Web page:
BlackBerry sues Ryan Seacrest's Typo to block keyboard
Ryan Seacrest, please check in with your office—just don't use your Typo keyboard.
BlackBerry announced Friday it has filed a patent infringement suit in California against Typo Products, charging the company "blatantly copied" the smartphone maker's signature qwerty keyboard.
Typo, which is backed by American Idol host Seacrest and entrepreneur Laurence Hallier, bills its keyboard case as an add-on for Apple's touch-screen iPhones. On its website, Typo announced the keyboard is available for pre-order. The Bluetooth-enabled product mimics a hard keyboard—similar to the keys that are a staple on BlackBerry phones.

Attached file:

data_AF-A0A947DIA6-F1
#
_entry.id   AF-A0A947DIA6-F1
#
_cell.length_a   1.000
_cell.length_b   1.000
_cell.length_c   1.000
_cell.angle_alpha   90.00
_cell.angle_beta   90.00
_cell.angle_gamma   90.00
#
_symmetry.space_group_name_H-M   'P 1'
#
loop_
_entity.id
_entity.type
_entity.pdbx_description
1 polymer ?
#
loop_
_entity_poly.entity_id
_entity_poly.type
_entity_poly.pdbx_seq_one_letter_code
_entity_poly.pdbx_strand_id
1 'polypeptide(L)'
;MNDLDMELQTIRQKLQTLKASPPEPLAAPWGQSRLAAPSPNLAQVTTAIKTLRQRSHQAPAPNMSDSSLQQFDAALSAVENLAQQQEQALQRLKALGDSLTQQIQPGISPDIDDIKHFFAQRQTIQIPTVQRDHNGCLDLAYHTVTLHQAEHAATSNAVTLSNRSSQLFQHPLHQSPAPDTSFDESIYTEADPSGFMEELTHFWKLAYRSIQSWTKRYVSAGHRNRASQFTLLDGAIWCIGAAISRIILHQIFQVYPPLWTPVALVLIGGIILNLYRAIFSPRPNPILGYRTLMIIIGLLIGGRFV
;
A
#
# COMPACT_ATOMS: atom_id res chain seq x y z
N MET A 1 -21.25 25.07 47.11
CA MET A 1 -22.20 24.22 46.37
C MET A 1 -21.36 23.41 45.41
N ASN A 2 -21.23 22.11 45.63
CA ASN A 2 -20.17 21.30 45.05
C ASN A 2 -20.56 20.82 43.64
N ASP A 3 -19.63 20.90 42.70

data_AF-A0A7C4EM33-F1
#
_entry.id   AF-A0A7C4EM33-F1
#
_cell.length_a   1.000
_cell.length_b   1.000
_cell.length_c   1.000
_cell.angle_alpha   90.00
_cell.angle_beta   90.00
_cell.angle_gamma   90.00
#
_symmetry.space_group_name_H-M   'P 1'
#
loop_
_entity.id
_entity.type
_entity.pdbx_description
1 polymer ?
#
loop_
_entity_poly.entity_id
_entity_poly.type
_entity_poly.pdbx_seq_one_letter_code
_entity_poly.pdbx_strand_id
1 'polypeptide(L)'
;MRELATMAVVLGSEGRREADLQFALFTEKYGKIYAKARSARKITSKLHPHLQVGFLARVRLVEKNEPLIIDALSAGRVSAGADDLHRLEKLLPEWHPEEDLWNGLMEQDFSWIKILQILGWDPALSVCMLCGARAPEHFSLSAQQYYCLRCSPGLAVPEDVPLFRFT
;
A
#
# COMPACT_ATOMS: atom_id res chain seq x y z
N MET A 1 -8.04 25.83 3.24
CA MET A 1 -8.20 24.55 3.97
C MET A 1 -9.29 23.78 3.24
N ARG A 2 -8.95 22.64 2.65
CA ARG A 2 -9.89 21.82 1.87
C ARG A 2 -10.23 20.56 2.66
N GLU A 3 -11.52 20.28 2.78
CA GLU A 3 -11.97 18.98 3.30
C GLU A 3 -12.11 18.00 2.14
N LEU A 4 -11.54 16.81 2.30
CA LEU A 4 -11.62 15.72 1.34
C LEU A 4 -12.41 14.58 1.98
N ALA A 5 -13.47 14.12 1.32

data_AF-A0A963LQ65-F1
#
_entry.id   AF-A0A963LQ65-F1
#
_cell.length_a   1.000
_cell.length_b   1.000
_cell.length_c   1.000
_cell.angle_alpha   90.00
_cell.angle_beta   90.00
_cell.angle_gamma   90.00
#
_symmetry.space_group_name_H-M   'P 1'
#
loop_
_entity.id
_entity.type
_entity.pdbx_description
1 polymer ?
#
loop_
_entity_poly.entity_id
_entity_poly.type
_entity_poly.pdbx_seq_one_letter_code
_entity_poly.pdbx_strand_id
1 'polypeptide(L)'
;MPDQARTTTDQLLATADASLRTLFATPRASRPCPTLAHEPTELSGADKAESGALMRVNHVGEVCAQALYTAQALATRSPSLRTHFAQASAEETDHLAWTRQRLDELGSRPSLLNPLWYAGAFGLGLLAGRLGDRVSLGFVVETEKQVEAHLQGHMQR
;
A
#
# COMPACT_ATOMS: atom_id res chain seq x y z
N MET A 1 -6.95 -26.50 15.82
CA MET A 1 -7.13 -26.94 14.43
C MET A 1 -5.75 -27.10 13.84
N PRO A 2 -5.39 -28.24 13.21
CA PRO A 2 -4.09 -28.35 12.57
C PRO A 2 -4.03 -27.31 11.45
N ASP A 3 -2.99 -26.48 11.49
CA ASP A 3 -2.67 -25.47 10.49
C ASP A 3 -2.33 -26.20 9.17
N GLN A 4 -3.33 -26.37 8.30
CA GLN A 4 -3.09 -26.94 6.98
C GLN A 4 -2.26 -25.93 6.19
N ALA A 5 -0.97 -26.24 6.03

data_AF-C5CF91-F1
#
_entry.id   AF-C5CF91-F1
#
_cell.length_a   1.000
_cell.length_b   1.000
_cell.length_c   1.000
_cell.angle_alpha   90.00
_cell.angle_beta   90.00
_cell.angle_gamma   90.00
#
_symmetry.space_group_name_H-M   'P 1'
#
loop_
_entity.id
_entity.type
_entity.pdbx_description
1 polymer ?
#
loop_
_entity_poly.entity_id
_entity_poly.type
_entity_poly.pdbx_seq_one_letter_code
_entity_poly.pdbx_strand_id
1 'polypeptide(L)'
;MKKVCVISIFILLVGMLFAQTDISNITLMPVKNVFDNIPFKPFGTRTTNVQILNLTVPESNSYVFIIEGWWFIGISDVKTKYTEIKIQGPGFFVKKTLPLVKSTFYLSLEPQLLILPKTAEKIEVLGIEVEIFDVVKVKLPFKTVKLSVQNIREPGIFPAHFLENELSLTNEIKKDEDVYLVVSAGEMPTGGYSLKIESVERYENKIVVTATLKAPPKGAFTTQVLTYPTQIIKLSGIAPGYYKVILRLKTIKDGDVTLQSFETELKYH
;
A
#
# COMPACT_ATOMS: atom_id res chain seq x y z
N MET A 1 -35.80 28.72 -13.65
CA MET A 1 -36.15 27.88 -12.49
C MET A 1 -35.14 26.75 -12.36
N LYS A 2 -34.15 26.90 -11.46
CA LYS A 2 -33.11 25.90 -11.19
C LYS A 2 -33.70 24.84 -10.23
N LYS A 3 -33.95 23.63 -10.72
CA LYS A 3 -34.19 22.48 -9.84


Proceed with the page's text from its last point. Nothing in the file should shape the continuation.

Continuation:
Toronto-based BlackBerry is telling Typo to halt its fancy thumbwork.
"This is a blatant infringement against BlackBerry's iconic keyboard, and we will vigorously protect our intellectual property against any company that attempts to copy our unique design," said Steve Zipperstein, BlackBerry's general counsel, in a statement.
"We are flattered by the desire to graft our keyboard onto other smartphones, but we will not tolerate such activity without fair compensation for using our intellectual property and our technological innovations," he added.
In a statement, Typo said Blackberry's claims "lack merit" and it intends to defend the case "vigorously." The company said its "innovative keyboard design... is the culmination of years of development and research."
Last month, Seacrest announced a $1 million investment in the start-up, born from what he said was a desire to not have to carry two devices.